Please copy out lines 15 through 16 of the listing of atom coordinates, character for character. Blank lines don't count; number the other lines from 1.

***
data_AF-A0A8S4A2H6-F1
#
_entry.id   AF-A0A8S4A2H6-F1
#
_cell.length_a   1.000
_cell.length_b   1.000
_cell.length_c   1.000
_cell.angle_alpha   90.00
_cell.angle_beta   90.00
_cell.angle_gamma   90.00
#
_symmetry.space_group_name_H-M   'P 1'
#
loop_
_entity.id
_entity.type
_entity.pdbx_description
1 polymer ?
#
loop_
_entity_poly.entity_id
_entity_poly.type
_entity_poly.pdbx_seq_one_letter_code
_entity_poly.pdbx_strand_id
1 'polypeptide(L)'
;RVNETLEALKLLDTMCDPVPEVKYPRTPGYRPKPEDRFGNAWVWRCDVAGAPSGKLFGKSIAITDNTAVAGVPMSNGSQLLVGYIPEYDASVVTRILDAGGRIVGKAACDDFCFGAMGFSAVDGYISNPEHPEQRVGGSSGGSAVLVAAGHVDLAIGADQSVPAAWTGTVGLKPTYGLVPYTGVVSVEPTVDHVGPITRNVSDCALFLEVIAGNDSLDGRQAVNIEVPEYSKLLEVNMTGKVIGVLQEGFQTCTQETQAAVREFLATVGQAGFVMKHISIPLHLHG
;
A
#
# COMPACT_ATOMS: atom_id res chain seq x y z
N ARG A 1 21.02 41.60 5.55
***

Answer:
_entity.id
_entity.type